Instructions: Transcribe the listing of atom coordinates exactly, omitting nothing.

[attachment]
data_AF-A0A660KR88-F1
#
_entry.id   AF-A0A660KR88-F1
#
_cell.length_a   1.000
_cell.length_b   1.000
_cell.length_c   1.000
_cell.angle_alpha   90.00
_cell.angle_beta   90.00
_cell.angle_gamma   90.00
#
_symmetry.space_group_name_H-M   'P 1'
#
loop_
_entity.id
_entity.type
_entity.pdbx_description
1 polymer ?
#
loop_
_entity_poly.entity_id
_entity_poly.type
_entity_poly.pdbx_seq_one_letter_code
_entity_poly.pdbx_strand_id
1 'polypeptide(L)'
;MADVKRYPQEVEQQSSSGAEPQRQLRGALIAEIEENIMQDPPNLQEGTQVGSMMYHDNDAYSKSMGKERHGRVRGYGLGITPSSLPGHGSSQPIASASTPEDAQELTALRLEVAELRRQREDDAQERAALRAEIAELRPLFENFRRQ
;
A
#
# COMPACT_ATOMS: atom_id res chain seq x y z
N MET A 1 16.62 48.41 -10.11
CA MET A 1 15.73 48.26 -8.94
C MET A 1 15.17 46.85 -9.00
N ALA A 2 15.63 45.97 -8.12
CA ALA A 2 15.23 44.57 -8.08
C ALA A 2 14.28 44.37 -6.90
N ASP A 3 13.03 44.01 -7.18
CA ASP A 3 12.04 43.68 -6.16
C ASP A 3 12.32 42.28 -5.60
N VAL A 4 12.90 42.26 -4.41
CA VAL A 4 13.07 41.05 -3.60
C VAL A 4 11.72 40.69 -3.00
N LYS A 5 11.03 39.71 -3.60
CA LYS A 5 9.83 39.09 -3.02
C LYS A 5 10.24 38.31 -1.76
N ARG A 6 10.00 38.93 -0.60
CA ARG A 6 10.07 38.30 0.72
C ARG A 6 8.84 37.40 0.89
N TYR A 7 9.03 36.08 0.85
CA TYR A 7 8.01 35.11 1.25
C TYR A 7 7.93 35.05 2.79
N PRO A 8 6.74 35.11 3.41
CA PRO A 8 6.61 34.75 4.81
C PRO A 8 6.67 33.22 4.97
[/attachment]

data_AF-A0A660KR88-F1
#
_entry.id   AF-A0A660KR88-F1
#
_cell.length_a   1.000
_cell.length_b   1.000
_cell.length_c   1.000
_cell.angle_alpha   90.00
_cell.angle_beta   90.00
_cell.angle_gamma   90.00
#
_symmetry.space_group_name_H-M   'P 1'
#
loop_
_entity.id
_entity.type
_entity.pdbx_description
1 polymer ?
#
loop_
_entity_poly.entity_id
_entity_poly.type
_entity_poly.pdbx_seq_one_letter_code
_entity_poly.pdbx_strand_id
1 'polypeptide(L)'
;MADVKRYPQEVEQQSSSGAEPQRQLRGALIAEIEENIMQDPPNLQEGTQVGSMMYHDNDAYSKSMGKERHGRVRGYGLGITPSSLPGHGSSQPIASASTPEDAQELTALRLEVAELRRQREDDAQERAALRAEIAELRPLFENFRRQ
;
A
#
# COMPACT_ATOMS: atom_id res chain seq x y z
N MET A 1 16.62 48.41 -10.11
CA MET A 1 15.73 48.26 -8.94
C MET A 1 15.17 46.85 -9.00
N ALA A 2 15.63 45.97 -8.12
CA ALA A 2 15.23 44.57 -8.08
C ALA A 2 14.28 44.37 -6.90
N ASP A 3 13.03 44.01 -7.18
CA ASP A 3 12.04 43.68 -6.16
C ASP A 3 12.32 42.28 -5.60
N VAL A 4 12.90 42.26 -4.41
CA VAL A 4 13.07 41.05 -3.60
C VAL A 4 11.72 40.69 -3.00
N LYS A 5 11.03 39.71 -3.60
CA LYS A 5 9.83 39.09 -3.02
C LYS A 5 10.24 38.31 -1.76
N ARG A 6 10.00 38.93 -0.60
CA ARG A 6 10.07 38.30 0.72
C ARG A 6 8.84 37.40 0.89
N TYR A 7 9.03 36.08 0.85
CA TYR A 7 8.01 35.11 1.25
C TYR A 7 7.93 35.05 2.79
N PRO A 8 6.74 35.11 3.41
CA PRO A 8 6.61 34.75 4.81
C PRO A 8 6.67 33.22 4.97